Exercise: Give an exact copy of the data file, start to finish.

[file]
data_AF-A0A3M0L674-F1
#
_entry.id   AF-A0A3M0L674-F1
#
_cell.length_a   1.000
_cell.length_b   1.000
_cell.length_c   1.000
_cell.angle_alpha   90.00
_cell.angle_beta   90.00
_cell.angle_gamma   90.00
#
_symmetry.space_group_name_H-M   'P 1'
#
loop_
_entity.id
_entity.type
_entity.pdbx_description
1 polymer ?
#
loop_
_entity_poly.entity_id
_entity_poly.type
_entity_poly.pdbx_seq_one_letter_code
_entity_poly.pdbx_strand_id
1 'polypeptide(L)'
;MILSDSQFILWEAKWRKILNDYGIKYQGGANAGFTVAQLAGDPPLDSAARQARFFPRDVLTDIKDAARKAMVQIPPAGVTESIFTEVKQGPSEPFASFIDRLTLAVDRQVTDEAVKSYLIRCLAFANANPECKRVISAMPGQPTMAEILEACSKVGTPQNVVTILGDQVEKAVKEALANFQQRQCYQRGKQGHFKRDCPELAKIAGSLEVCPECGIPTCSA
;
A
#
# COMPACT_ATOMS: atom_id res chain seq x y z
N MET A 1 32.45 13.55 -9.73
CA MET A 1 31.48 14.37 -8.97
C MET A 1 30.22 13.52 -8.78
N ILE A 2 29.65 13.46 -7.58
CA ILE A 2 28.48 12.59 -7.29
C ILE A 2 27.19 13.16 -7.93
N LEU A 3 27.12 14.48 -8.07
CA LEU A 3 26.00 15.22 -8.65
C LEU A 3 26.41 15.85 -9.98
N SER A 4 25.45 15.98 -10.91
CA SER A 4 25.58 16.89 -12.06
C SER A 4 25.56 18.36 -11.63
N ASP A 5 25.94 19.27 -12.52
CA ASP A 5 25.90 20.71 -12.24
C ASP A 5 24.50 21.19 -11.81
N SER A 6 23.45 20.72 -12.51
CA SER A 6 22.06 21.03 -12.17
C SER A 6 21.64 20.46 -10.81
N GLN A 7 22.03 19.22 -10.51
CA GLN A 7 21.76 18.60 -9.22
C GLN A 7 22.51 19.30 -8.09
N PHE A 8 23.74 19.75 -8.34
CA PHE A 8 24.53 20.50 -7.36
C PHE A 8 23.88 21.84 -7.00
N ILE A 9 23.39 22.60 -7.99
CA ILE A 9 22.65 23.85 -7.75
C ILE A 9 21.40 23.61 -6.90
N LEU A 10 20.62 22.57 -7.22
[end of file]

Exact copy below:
data_AF-A0A3M0L674-F1
#
_entry.id   AF-A0A3M0L674-F1
#
_cell.length_a   1.000
_cell.length_b   1.000
_cell.length_c   1.000
_cell.angle_alpha   90.00
_cell.angle_beta   90.00
_cell.angle_gamma   90.00
#
_symmetry.space_group_name_H-M   'P 1'
#
loop_
_entity.id
_entity.type
_entity.pdbx_description
1 polymer ?
#
loop_
_entity_poly.entity_id
_entity_poly.type
_entity_poly.pdbx_seq_one_letter_code
_entity_poly.pdbx_strand_id
1 'polypeptide(L)'
;MILSDSQFILWEAKWRKILNDYGIKYQGGANAGFTVAQLAGDPPLDSAARQARFFPRDVLTDIKDAARKAMVQIPPAGVTESIFTEVKQGPSEPFASFIDRLTLAVDRQVTDEAVKSYLIRCLAFANANPECKRVISAMPGQPTMAEILEACSKVGTPQNVVTILGDQVEKAVKEALANFQQRQCYQRGKQGHFKRDCPELAKIAGSLEVCPECGIPTCSA
;
A
#
# COMPACT_ATOMS: atom_id res chain seq x y z
N MET A 1 32.45 13.55 -9.73
CA MET A 1 31.48 14.37 -8.97
C MET A 1 30.22 13.52 -8.78
N ILE A 2 29.65 13.46 -7.58
CA ILE A 2 28.48 12.59 -7.29
C ILE A 2 27.19 13.16 -7.93
N LEU A 3 27.12 14.48 -8.07
CA LEU A 3 26.00 15.22 -8.65
C LEU A 3 26.41 15.85 -9.98
N SER A 4 25.45 15.98 -10.91
CA SER A 4 25.58 16.89 -12.06
C SER A 4 25.56 18.36 -11.63
N ASP A 5 25.94 19.27 -12.52
CA ASP A 5 25.90 20.71 -12.24
C ASP A 5 24.50 21.19 -11.81
N SER A 6 23.45 20.72 -12.51
CA SER A 6 22.06 21.03 -12.17
C SER A 6 21.64 20.46 -10.81
N GLN A 7 22.03 19.22 -10.51
CA GLN A 7 21.76 18.60 -9.22
C GLN A 7 22.51 19.30 -8.09
N PHE A 8 23.74 19.75 -8.34
CA PHE A 8 24.53 20.50 -7.36
C PHE A 8 23.88 21.84 -7.00
N ILE A 9 23.39 22.60 -7.99
CA ILE A 9 22.65 23.85 -7.75
C ILE A 9 21.40 23.61 -6.90
N LEU A 10 20.62 22.57 -7.22